Lynne
    former Carer

    "Hanging on in quiet desperation is the English way", lyric line from 'Time', by Pink Floyd

     

  10. #10
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    Dear Karen
    Follow your heart
    This happened to my Nan and she used to say her sister had come to fetch her.
    As long as your Mum is not upset that is the main thing.

    Much love to you both.
    Roseann
     

  11. #11
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    I'm not sure what to say, apart from my thoughts are with you and your family.

    Lanie
     

  12. #12
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    Amazing Day

    Bless you all ... yes, I believe it is the morphine and nothing to do with dementia now .... mum today presented bright-eyed and downright cheeky during some long spells of wakefulness ...... (thanks again Jennifer, that word 'euphoria' rattled round much of the afternoon).

    The nurses could not believe the difference from yesterday and how she is today, although now bed bound of course, so organised for her two new 'best friends' (fellow residents she became attached to when she was able to get to the lounge) to visit her in her room (Mohammed and mountain stuff) to share a whisky - and blow me down if mum didn't manage a wee dram - albeit it with much coughing and spluttering. But she enjoyed it - and that's all that matters!

    She is surrounded by such loving and caring staff in the NH and, yes, her 'angels' too ........ it's a huge comfort at such a devastating time.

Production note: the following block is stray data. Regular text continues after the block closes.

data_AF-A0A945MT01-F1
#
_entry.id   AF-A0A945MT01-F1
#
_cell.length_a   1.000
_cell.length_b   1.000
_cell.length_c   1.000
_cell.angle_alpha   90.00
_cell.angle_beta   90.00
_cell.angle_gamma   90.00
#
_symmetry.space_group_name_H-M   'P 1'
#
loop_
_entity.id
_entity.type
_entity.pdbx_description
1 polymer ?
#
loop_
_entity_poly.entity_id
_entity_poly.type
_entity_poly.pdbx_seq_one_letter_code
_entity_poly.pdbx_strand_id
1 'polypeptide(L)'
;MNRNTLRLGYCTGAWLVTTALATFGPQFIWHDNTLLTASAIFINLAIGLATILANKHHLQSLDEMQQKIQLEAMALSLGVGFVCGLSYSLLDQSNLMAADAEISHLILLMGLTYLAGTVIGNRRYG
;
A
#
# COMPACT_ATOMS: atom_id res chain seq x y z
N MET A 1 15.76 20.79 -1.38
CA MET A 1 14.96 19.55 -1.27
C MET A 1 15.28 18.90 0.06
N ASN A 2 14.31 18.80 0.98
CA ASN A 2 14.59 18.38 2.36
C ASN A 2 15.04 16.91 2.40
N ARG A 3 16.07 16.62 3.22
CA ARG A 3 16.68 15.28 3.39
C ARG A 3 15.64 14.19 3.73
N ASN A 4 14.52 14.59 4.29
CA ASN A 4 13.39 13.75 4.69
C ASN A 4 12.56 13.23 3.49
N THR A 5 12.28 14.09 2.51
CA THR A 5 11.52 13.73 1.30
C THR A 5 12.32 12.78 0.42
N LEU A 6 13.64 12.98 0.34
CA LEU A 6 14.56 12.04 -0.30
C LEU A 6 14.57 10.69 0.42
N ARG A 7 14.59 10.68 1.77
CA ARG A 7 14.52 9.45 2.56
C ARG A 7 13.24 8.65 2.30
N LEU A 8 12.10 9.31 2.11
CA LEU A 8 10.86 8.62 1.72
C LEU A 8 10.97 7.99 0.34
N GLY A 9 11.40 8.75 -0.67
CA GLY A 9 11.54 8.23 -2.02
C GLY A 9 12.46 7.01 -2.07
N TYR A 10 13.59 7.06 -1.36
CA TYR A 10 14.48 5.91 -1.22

Love, Karen, x
     

  13. #13
    Karen, I think everyone just about said anything I could possibly say. i think at times tho moms "angels" were guiding me. someetimes the emotional rollercoaster would appear and then her "angels" would appear to her and it would sort of have a calming efecct on me. It lifted the thought of her being all alone in her world and made it easier to handle..tho the conversations for me were not of those she had with "others".

    to get to the morphine thing...I had a doctor tell me that the real problem was not with the pain killers but with anesthesia...medications like versed (it is known as the amnesia drug) that dr.s use to put a patient out for surgery. He said those pose the greatest problem to a dementia patient. From my own experience she was given the versed for some tests early on and when she came out she didn't know who I was and wanted to know where her baby was. It took 2 days to get her back to reality. During her last weeek or so we used an analgesic morphine on her and it didn't seem to change her at all. But heay all that matters is that your mom is happy and comfortable.